Renewal through exploration in Greater Yellowstone

Review of ‘The Wild Excellence: Notes from Untamed America’ by Leslie Patten.


The Wild Excellence: Notes from Untamed America
Leslie Patten
256 pages,
softcover: $20.
Wordsworth Publishing, 2014.

It’s not that uncommon for weary Californians to uproot from the chaotic coast and replant in the big-skied wilds of the Interior West. Few transplants, however, re-root as deeply or earnestly as Leslie Patten, author of the new collection of essays, The Wild Excellence.

In 2005, the Bay Area landscape designer — fueled by memories of summers spent in Wyoming and a needling urge to cut through emotional unrest with the “sharp edge” of backcountry living — bought a leaky, ragged cabin in Sunlight Basin, 50 miles from Cody. A few years (and cabin repairs) later, Patten, in her early 50s, moved alone to northwestern Wyoming for good. Armed with a rare curiosity and fearlessness, she began exploring her surroundings: the richly forested and glacier-hewed heart of the Greater Yellowstone ecosystem.

Patten’s investigation of this landscape, and her place within it, forms the basis of The Wild Excellence, which chronicles her “day to day, season by season” integration into habitat as rich in beasts as it is in beauty.

But The Wild Excellence is more than a personal meditation on place. From her humble six-acre patch among the pines, Patten has experienced more land-use and wildlife issues than most Westerners encounter in a lifetime. Patten digs into everything, from archaeological preservation to trapping to wolf and grizzly management, probing the bones of each with a thoughtful calm born of research and experience. Her prose is fresh, clean and occasionally profound, as when she describes her approach to the basin’s grizzlies: “To walk with the Great Bear,” she writes, “one must be alert, fully awake and aware. ... You cannot walk lost in thought, or conversation. You must be present. This alone is a gift that only another top predator can bring to man.”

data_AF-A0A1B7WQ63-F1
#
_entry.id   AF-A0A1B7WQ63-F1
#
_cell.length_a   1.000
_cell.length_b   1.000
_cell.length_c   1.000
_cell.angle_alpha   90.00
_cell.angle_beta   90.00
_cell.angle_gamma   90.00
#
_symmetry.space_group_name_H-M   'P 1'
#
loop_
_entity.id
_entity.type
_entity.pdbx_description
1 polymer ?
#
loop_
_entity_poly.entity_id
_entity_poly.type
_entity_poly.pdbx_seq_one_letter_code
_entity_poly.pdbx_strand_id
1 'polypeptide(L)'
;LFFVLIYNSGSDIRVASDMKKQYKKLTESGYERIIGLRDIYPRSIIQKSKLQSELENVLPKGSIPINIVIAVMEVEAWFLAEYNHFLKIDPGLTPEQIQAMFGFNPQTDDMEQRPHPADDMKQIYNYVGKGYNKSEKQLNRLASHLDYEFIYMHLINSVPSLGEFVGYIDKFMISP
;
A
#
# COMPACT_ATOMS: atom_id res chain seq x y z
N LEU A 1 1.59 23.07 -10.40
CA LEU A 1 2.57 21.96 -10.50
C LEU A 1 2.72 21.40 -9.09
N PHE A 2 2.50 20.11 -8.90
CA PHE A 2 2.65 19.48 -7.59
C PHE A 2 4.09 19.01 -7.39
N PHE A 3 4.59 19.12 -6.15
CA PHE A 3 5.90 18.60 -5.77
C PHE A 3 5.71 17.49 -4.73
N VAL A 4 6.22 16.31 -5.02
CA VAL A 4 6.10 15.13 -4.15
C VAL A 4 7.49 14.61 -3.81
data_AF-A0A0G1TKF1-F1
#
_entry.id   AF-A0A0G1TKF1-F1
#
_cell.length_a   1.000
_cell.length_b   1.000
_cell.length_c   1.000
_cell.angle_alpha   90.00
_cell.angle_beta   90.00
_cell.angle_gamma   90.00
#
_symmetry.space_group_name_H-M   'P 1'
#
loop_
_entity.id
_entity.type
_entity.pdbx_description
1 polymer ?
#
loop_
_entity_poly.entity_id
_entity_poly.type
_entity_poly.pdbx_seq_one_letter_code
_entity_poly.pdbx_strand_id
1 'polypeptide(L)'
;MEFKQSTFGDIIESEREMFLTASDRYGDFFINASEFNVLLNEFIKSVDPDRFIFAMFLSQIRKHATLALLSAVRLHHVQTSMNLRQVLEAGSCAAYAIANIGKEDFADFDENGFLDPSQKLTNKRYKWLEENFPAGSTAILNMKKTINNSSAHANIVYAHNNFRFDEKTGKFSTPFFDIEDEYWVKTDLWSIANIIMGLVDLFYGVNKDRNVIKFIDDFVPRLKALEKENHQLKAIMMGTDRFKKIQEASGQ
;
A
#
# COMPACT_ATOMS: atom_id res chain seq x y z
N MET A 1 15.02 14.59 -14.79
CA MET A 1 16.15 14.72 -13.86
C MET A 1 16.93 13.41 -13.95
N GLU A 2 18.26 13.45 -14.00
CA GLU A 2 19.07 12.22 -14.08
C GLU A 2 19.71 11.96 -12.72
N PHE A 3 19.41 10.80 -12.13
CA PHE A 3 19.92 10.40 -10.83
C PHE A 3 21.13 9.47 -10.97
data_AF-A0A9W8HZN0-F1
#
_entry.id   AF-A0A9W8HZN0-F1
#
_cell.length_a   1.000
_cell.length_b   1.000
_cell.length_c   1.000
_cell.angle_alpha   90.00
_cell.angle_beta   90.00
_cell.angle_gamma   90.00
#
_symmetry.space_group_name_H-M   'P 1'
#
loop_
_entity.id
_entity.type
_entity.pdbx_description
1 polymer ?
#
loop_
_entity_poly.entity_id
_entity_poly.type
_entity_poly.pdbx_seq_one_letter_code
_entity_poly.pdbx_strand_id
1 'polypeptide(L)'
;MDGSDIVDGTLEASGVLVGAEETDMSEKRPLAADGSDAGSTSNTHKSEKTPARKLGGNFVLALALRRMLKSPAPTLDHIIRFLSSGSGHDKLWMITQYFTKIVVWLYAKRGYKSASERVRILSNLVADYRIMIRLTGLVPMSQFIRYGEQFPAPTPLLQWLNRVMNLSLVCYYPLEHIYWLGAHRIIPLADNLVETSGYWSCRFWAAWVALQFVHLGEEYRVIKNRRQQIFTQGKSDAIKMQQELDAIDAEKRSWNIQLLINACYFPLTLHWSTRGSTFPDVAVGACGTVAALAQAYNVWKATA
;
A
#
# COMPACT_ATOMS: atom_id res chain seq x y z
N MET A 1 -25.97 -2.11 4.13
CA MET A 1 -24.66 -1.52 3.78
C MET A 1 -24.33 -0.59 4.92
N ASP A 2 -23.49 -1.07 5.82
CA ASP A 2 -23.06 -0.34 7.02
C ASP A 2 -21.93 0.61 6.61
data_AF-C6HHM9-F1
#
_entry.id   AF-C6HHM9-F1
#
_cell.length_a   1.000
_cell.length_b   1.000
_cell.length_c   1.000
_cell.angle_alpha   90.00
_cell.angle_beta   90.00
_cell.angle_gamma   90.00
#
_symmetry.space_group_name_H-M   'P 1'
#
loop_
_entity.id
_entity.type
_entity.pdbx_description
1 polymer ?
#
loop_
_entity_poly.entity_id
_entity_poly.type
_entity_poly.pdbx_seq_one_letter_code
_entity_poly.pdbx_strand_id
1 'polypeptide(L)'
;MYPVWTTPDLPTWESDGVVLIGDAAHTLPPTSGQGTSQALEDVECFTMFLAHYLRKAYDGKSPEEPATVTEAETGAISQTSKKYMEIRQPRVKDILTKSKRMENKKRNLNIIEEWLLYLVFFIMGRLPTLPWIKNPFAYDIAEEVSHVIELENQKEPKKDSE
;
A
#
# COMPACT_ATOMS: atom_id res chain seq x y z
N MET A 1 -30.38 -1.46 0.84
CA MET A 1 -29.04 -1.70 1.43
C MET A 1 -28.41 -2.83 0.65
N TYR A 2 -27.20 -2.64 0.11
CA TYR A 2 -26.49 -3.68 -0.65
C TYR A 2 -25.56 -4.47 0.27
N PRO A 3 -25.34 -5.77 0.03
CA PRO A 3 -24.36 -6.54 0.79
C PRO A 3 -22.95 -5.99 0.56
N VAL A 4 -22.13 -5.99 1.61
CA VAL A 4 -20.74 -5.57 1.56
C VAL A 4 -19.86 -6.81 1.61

As Patten shares her adventures, from her initially awkward attempts to fence her property and camera-trap local wildlife to her later exploration of her neighbor’s — and the area’s — homesteading history, it becomes clear that she didn’t move to the mountains to idle in a scenery-soaked stupor. Rather, Patten writes, the Greater Yellowstone Ecosystem is an elemental place that seems “to hold the essence of what (is) required to be a human being ... a landscape demanding vigilance and clear-eyed thinking.”

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